I remember Glenn Yarbrough from his mid-60s solo hit, “Baby The Rain Must Fall,” the title track of the Steve McQueen-Lee Remick movie of the same name. The movie was a commercial and critical flop, but Yarbrough’s recording was not, making it to #12 on the Billboard Hot 100 List in 1965. (And it’s still bouncing around in my brain 50 years later.)
Before this, he had already tasted success with The Limeliters, a folk group formed in 1959. Yarbrough, a guitarist and tenor, and Alex Hassilev, a bassist and bass-baritone, were performing together at Hollywood’s Cosmo Alley nightclub, where they were seen by Lou Gottlieb, a composer, arranger and newly-minted musicology PhD. He suggested they join up and make some demos for The Kingston Trio, but they liked their own output so much, they decided to go it alone as a trio.
Before long they had a string of well-received albums, TV appearances and as many as 310 live performances a year.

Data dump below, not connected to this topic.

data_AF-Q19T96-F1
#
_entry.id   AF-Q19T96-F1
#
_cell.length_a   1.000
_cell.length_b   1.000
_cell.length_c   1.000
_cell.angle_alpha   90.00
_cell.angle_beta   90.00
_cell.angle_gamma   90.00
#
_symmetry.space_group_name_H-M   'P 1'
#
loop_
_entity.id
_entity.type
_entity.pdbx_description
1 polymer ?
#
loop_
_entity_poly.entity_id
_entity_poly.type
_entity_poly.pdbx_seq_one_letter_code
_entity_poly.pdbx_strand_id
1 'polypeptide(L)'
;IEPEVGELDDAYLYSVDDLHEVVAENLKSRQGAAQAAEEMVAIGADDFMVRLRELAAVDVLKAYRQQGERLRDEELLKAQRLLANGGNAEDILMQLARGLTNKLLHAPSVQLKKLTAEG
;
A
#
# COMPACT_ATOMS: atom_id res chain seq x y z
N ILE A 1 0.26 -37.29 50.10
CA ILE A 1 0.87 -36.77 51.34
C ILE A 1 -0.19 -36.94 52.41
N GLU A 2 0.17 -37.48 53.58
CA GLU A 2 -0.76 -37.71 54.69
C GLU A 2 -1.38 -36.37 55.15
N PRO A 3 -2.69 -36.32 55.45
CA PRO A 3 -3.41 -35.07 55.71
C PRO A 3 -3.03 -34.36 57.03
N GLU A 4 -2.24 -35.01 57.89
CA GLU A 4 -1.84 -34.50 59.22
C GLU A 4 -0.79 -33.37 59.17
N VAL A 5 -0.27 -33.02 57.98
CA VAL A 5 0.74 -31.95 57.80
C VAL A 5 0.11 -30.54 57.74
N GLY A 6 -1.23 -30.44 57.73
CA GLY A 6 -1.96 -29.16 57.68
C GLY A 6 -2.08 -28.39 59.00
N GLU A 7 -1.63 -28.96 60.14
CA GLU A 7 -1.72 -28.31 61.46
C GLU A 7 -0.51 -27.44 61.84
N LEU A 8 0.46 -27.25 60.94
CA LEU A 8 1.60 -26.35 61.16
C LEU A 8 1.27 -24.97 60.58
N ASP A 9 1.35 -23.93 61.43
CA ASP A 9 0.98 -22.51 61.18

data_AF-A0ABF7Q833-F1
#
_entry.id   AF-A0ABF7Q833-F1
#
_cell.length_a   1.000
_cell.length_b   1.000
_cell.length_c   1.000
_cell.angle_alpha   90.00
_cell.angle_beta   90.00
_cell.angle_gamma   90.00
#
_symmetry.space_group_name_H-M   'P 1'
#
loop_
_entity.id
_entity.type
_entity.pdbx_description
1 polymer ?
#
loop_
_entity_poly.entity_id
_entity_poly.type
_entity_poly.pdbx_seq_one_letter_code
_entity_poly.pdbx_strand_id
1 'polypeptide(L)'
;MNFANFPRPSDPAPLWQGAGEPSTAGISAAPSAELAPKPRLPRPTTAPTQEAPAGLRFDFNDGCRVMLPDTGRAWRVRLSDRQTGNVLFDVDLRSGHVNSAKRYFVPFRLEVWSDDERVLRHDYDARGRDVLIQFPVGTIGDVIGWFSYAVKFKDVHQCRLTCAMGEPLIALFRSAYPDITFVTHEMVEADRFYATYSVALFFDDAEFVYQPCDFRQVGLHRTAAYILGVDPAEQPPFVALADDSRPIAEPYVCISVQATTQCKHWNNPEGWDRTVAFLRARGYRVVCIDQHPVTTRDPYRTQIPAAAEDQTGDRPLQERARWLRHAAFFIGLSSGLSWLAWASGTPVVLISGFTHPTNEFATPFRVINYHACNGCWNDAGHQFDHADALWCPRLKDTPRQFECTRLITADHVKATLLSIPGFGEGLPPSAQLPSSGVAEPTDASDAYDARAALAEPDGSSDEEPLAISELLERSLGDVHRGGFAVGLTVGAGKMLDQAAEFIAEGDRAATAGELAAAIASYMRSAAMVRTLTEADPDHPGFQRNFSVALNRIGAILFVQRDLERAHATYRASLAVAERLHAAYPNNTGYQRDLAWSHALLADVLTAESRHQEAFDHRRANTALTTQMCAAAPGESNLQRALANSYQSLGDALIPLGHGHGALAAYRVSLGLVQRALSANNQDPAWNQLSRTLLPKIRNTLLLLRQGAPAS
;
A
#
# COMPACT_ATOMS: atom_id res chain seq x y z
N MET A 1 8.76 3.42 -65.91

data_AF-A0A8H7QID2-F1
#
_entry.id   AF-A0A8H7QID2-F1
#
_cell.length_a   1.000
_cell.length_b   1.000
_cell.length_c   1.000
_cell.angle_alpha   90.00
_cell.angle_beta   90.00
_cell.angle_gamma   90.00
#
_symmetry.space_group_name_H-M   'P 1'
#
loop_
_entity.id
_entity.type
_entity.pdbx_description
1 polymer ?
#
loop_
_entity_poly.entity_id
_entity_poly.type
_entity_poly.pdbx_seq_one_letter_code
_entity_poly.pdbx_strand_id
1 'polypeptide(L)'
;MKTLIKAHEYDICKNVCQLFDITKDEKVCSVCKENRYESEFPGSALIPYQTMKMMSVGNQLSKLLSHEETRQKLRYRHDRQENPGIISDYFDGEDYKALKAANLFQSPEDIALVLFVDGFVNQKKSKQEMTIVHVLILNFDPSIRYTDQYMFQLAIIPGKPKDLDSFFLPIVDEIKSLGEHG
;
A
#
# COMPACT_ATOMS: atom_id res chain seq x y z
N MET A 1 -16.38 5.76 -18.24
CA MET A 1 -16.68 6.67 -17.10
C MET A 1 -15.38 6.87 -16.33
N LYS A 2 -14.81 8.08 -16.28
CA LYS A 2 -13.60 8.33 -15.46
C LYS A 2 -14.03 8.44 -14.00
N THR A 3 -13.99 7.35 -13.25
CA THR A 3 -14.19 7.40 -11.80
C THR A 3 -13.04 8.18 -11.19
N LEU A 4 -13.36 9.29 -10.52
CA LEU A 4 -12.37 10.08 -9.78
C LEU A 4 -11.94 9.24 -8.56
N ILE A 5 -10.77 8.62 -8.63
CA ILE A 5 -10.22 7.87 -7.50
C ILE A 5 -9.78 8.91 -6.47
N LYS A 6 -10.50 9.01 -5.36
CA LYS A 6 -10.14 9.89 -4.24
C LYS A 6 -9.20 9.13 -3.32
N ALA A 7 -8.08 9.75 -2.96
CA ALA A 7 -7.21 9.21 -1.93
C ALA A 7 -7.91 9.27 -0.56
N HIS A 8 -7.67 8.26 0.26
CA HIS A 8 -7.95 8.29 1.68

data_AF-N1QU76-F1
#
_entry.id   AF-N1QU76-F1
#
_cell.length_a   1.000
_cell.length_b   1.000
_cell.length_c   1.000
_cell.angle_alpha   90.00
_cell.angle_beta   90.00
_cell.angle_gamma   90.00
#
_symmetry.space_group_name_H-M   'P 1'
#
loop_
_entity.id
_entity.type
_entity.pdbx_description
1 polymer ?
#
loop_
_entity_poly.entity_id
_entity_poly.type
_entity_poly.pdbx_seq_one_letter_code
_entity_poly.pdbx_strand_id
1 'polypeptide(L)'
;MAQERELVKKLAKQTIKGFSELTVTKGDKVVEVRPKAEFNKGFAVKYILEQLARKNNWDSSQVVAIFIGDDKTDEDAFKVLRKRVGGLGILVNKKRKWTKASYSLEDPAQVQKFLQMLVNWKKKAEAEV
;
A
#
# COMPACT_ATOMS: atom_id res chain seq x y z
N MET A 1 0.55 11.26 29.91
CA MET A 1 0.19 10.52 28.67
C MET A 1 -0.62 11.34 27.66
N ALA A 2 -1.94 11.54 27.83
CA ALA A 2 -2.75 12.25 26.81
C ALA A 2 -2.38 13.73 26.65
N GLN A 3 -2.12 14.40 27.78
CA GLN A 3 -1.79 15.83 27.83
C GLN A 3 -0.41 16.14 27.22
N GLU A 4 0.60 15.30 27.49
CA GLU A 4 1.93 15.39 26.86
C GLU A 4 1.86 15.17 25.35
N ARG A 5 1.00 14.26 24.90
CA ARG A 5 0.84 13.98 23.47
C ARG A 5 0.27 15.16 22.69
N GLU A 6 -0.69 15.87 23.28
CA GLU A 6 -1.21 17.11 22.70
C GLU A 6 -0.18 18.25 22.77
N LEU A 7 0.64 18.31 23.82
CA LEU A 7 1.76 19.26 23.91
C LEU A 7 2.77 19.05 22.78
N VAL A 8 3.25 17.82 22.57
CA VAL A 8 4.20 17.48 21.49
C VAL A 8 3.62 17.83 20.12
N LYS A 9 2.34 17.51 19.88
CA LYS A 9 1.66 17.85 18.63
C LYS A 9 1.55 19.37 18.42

Yarbrough (January 12, 1930-August 11, 2016) also collaborated with pop-poet Rod McKuen. Among their projects were The Lonely Things and Glenn Yarbrough Sings the Rod McKuen Songbook.
Yarbrough was ambivalent about fame and on several occasions retreated from the music industry altogether. In a 1961 interview with Saturday Evening Post, cited in his New York Times obituary, he said “The only thing that success has taught me is that success is meaningless…An audience is like a lynch mob. Three years ago they were walking out on me. Now that they know we’ve been on the Sullivan show, they come and cheer.”